Study subjects and plasma preparation

Peripheral blood samples were collected from a total of 192 subjects including 50 healthy controls with a median age of 54 (ranging from 25 to 79), 100 colon cancer patients with a median age of 55 (ranging from 15 to 90) (N = 25 for each of stages I–IV), 36 prostate cancer patients with a median age of 69 (ranging from 49 to 87) including 21 castration-resistant and 15 hormone-sensitive patients and 6 pancreatic cancer patients with median age of 69 (ranging from 59 to 80) (Table 1). For the 36 prostate cancer patients, 23 were used for case only survival analysis in our previous publication11. With the exception of the prostate cancer patients who were men only, the gender distribution was equal in healthy controls, colon cancer and pancreatic cancer patients. Ages from healthy controls were matched to colon cancer patients. Peripheral blood samples from these specimens were collected in 10 ml plasma separator tubes. Within 2 hours after collection, the plasma samples were fractioned into multiple aliquots after centrifugation at 2,000 × g for 10 min, leaving >1 ml supernatant and cell debris intact in the original tubes. All plasma samples were stored at −80 °C until use. To avoid batch effect, we randomized the 192 subjects during RNA extraction, sequencing library preparation, gel size selection and sequencing pooling. Informed consent was obtained from all study participants prior to blood draw. This study was approved by Mayo Clinic and the Medical College of Wisconsin Institutional Review Boards. The patient recruitment and informed consent were carried out in accordance with the approved guidelines from both institutions.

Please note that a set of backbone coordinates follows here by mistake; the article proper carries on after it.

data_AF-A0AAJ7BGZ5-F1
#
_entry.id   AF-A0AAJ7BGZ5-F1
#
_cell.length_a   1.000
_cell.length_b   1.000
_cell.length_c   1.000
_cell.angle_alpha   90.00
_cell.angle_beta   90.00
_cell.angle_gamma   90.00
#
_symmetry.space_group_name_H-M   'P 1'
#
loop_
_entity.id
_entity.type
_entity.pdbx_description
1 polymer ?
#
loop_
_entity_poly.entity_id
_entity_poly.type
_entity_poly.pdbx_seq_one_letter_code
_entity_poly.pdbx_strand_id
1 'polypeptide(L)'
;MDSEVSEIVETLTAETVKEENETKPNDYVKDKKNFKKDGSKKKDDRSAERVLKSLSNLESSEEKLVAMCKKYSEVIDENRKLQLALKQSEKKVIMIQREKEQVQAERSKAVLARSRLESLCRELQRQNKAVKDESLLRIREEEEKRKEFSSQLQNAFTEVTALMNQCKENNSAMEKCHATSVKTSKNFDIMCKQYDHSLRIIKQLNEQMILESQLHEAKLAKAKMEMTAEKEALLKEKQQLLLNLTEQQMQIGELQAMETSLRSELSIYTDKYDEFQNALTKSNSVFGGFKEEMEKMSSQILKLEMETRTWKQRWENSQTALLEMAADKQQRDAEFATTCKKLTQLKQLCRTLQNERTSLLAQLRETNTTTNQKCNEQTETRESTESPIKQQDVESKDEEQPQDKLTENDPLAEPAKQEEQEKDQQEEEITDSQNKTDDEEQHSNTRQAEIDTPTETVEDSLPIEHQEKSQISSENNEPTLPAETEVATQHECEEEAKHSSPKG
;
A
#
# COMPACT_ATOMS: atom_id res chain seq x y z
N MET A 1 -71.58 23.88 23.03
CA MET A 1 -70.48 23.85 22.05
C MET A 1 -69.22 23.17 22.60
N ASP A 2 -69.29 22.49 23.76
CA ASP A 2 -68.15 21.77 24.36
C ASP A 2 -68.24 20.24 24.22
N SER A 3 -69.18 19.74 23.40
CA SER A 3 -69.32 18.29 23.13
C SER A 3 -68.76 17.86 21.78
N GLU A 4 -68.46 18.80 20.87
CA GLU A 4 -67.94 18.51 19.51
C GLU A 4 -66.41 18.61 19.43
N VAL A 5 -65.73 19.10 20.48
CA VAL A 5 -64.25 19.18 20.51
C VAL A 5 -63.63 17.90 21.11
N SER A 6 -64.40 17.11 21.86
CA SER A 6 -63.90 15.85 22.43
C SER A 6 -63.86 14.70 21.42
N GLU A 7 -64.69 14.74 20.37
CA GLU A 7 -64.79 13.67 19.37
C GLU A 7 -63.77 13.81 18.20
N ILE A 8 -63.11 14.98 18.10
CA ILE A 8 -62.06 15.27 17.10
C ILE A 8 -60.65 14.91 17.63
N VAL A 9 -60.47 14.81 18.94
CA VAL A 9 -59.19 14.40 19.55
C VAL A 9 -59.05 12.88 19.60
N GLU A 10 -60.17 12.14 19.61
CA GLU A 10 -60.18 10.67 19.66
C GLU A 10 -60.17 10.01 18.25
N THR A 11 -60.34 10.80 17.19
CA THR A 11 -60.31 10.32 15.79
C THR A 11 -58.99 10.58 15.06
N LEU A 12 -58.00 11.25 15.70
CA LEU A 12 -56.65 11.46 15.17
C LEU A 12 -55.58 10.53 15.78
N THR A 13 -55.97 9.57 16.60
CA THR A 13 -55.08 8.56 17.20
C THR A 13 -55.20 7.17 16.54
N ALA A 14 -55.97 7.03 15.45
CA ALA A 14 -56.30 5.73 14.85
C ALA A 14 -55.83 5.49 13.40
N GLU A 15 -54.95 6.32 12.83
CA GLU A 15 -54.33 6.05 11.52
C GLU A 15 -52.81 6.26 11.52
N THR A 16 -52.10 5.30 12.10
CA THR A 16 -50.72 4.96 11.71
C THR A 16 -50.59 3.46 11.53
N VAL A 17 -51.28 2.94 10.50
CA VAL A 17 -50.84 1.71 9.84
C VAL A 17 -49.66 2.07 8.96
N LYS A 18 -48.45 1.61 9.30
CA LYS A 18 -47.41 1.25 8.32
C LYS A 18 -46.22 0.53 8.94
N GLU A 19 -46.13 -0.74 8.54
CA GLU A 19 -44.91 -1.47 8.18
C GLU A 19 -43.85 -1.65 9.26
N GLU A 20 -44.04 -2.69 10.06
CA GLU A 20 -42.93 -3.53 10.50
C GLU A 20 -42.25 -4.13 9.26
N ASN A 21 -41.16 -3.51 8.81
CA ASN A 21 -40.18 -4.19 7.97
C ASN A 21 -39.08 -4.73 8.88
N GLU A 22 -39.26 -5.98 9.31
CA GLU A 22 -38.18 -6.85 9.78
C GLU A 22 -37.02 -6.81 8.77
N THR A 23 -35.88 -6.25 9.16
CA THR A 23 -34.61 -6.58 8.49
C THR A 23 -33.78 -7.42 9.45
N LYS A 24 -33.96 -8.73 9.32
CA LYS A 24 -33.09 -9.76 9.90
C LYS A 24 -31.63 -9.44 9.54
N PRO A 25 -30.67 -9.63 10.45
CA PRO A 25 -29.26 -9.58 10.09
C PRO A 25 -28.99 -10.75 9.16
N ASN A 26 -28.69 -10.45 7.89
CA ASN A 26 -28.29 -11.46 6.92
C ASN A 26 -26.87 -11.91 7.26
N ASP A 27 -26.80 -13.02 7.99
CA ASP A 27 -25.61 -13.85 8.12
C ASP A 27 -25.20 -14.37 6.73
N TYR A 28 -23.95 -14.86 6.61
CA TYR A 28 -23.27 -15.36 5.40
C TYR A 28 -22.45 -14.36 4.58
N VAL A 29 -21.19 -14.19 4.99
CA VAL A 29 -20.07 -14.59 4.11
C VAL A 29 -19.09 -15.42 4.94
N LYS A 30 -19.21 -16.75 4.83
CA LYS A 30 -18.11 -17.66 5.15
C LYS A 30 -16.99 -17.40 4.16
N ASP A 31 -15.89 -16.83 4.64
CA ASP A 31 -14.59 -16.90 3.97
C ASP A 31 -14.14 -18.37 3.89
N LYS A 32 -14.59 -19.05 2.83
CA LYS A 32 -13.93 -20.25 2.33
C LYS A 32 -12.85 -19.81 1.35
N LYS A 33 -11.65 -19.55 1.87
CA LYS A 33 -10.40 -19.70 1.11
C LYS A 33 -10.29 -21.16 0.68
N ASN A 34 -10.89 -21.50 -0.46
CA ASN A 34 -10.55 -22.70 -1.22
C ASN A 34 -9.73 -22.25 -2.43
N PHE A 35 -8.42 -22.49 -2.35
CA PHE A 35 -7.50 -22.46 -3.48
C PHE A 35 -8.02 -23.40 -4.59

RNA isolation from extracellular vesicles